Admiral: US Supplies to Afghanistan Triple in Cost Without Pakistan Route

Supply Route Strong, But Pricey

In comments today Vice Admiral Mark Harnitchek, the director of the Defense Logistics Agency, provided some of the most specific details about the costs of the supply lines for the NATO occupation of Afghanistan yet seen by the public.

According to Vice Adm. Harnitchek, a cargo container from the US to Afghanistan costs about $20,000 in shipping by the current overland routes, and that cargo sent by sea to Karachi and then ferried in across the Afghan-Pakistan border costs only about a third of that price.

Coupled with recent claims by Leon Panetta that the loss of the Pakistan route costs an additional $100 million a month, that would amount to about 7,500 containers are sent per month.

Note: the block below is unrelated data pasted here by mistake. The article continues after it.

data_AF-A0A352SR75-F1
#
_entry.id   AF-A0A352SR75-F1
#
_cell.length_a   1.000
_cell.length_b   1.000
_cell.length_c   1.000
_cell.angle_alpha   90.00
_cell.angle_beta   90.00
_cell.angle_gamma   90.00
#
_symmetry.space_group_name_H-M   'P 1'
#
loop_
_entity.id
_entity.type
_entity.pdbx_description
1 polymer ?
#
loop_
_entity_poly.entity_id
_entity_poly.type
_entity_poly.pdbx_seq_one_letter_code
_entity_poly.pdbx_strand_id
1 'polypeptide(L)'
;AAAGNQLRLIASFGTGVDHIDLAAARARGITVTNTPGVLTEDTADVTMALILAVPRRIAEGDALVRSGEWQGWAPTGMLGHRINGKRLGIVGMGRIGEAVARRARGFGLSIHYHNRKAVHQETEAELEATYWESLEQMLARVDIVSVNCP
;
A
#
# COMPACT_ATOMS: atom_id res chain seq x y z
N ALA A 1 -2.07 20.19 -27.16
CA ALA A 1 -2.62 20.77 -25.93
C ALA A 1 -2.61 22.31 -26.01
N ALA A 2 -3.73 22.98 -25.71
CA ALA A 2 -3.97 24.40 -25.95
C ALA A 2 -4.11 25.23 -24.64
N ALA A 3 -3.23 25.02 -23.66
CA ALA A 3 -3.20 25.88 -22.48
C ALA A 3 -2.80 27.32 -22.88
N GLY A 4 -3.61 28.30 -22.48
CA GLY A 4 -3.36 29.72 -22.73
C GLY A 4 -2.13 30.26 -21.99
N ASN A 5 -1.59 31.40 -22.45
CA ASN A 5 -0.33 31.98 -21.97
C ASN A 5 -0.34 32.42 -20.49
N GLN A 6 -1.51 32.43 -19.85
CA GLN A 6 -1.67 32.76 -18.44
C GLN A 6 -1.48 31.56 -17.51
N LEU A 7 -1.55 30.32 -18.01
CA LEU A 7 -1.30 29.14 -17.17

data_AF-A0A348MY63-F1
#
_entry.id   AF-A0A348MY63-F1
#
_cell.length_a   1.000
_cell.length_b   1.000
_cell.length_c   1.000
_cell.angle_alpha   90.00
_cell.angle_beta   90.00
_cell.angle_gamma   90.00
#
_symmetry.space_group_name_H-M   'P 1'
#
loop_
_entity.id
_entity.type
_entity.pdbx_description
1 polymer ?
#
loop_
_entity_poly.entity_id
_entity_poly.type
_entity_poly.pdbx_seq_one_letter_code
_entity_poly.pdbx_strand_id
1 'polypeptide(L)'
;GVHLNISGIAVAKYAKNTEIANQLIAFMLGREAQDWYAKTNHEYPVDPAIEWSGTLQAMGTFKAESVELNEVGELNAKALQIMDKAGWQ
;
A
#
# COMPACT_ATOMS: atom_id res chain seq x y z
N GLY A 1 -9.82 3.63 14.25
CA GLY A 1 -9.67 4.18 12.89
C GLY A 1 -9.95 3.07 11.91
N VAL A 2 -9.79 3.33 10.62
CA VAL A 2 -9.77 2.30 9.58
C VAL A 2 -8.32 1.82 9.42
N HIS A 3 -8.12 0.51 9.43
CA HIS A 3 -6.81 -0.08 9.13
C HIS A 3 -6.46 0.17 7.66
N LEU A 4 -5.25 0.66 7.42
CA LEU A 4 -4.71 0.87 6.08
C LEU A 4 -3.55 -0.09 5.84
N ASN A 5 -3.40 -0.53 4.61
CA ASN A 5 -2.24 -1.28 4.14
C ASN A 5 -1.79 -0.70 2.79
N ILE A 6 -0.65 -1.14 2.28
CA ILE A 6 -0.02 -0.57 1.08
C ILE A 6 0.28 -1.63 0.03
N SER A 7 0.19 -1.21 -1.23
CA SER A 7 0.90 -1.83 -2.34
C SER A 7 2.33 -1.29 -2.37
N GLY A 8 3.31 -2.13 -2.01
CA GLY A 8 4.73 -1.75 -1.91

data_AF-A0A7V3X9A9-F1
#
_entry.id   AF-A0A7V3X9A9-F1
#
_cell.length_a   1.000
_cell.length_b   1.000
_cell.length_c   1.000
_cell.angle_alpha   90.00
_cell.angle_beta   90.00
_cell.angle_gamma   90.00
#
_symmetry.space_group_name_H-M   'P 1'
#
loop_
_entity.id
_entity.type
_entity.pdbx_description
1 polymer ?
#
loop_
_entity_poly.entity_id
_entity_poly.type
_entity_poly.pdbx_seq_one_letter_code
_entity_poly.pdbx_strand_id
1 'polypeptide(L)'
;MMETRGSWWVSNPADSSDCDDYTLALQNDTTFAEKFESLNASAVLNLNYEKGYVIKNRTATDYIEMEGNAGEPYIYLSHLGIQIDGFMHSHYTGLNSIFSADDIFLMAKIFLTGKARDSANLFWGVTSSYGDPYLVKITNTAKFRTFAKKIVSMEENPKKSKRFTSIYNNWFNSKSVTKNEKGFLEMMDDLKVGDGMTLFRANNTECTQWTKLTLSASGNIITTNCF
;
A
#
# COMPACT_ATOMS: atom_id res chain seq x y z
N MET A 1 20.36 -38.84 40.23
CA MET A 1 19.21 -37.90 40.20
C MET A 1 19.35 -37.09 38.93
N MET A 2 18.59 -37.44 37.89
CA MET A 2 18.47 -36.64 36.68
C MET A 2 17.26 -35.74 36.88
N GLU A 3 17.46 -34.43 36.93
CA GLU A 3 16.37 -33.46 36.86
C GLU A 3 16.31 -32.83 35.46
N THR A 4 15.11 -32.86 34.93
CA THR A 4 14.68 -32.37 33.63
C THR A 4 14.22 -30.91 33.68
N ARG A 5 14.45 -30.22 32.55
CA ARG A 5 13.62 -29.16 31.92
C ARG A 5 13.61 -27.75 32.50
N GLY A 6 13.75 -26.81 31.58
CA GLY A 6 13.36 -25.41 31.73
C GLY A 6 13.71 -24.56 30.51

And despite some unconfirmed reports that the loss was actually putting a strain on supplies to the occupation, Harnitchek insists that supply rates inside Afghanistan have “never been higher.” It’s just costing far, far more.

Pakistan closed the border in late November, after a US air strike targeted a pair of military outposts and killed 24 soldiers. Pakistan has offered to reopen the borders for $1,500 per truck, which seems like it would be a significant saving for the US over the current situation, but Leon Panetta blasted it as “price gouging.”

Author: Jason Ditz

Jason Ditz is senior editor of